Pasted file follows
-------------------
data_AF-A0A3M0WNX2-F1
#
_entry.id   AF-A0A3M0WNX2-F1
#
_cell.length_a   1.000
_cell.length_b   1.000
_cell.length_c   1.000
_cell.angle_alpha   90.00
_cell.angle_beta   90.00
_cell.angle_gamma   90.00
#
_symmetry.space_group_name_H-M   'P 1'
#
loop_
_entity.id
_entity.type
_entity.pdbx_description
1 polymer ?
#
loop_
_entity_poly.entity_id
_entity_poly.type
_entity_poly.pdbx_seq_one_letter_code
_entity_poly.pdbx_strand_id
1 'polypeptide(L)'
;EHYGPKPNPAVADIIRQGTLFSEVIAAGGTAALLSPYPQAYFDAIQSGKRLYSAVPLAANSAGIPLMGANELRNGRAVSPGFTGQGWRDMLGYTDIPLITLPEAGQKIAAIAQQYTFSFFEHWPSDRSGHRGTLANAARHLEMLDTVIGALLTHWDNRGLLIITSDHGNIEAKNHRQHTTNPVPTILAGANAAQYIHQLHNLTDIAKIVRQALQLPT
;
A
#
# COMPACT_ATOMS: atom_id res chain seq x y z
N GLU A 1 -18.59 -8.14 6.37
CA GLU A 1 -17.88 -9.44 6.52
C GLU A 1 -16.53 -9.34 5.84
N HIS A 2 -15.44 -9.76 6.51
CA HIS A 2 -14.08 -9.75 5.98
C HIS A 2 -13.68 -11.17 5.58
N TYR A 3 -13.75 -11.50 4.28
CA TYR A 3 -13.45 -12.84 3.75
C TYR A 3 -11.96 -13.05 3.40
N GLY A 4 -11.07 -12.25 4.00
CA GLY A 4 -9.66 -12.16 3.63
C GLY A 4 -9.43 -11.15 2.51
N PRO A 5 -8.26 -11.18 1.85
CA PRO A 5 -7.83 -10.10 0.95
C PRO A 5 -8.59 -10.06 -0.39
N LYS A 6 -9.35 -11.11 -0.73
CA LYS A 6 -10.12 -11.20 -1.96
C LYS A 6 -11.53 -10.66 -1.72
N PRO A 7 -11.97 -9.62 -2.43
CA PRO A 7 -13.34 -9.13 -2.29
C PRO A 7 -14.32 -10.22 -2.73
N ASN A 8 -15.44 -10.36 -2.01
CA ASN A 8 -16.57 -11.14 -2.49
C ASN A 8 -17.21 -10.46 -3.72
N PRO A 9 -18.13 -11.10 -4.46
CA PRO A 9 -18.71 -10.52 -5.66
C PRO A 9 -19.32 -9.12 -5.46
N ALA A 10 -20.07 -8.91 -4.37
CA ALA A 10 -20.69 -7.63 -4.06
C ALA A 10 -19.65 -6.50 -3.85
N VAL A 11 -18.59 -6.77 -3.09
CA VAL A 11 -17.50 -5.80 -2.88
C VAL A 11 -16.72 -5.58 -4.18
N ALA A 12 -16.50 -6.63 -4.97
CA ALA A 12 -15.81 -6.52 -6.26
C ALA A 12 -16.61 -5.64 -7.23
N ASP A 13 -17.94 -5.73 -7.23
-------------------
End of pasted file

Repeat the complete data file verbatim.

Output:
data_AF-A0A3M0WNX2-F1
#
_entry.id   AF-A0A3M0WNX2-F1
#
_cell.length_a   1.000
_cell.length_b   1.000
_cell.length_c   1.000
_cell.angle_alpha   90.00
_cell.angle_beta   90.00
_cell.angle_gamma   90.00
#
_symmetry.space_group_name_H-M   'P 1'
#
loop_
_entity.id
_entity.type
_entity.pdbx_description
1 polymer ?
#
loop_
_entity_poly.entity_id
_entity_poly.type
_entity_poly.pdbx_seq_one_letter_code
_entity_poly.pdbx_strand_id
1 'polypeptide(L)'
;EHYGPKPNPAVADIIRQGTLFSEVIAAGGTAALLSPYPQAYFDAIQSGKRLYSAVPLAANSAGIPLMGANELRNGRAVSPGFTGQGWRDMLGYTDIPLITLPEAGQKIAAIAQQYTFSFFEHWPSDRSGHRGTLANAARHLEMLDTVIGALLTHWDNRGLLIITSDHGNIEAKNHRQHTTNPVPTILAGANAAQYIHQLHNLTDIAKIVRQALQLPT
;
A
#
# COMPACT_ATOMS: atom_id res chain seq x y z
N GLU A 1 -18.59 -8.14 6.37
CA GLU A 1 -17.88 -9.44 6.52
C GLU A 1 -16.53 -9.34 5.84
N HIS A 2 -15.44 -9.76 6.51
CA HIS A 2 -14.08 -9.75 5.98
C HIS A 2 -13.68 -11.17 5.58
N TYR A 3 -13.75 -11.50 4.28
CA TYR A 3 -13.45 -12.84 3.75
C TYR A 3 -11.96 -13.05 3.40
N GLY A 4 -11.07 -12.25 4.00
CA GLY A 4 -9.66 -12.16 3.63
C GLY A 4 -9.43 -11.15 2.51
N PRO A 5 -8.26 -11.18 1.85
CA PRO A 5 -7.83 -10.10 0.95
C PRO A 5 -8.59 -10.06 -0.39
N LYS A 6 -9.35 -11.11 -0.73
CA LYS A 6 -10.12 -11.20 -1.96
C LYS A 6 -11.53 -10.66 -1.72
N PRO A 7 -11.97 -9.62 -2.43
CA PRO A 7 -13.34 -9.13 -2.29
C PRO A 7 -14.32 -10.22 -2.73
N ASN A 8 -15.44 -10.36 -2.01
CA ASN A 8 -16.57 -11.14 -2.49
C ASN A 8 -17.21 -10.46 -3.72
N PRO A 9 -18.13 -11.10 -4.46
CA PRO A 9 -18.71 -10.52 -5.66
C PRO A 9 -19.32 -9.12 -5.46
N ALA A 10 -20.07 -8.91 -4.37
CA ALA A 10 -20.69 -7.63 -4.06
C ALA A 10 -19.65 -6.50 -3.85
N VAL A 11 -18.59 -6.77 -3.09
CA VAL A 11 -17.50 -5.80 -2.88
C VAL A 11 -16.72 -5.58 -4.18
N ALA A 12 -16.50 -6.63 -4.97
CA ALA A 12 -15.81 -6.52 -6.26
C ALA A 12 -16.61 -5.64 -7.23
N ASP A 13 -17.94 -5.73 -7.23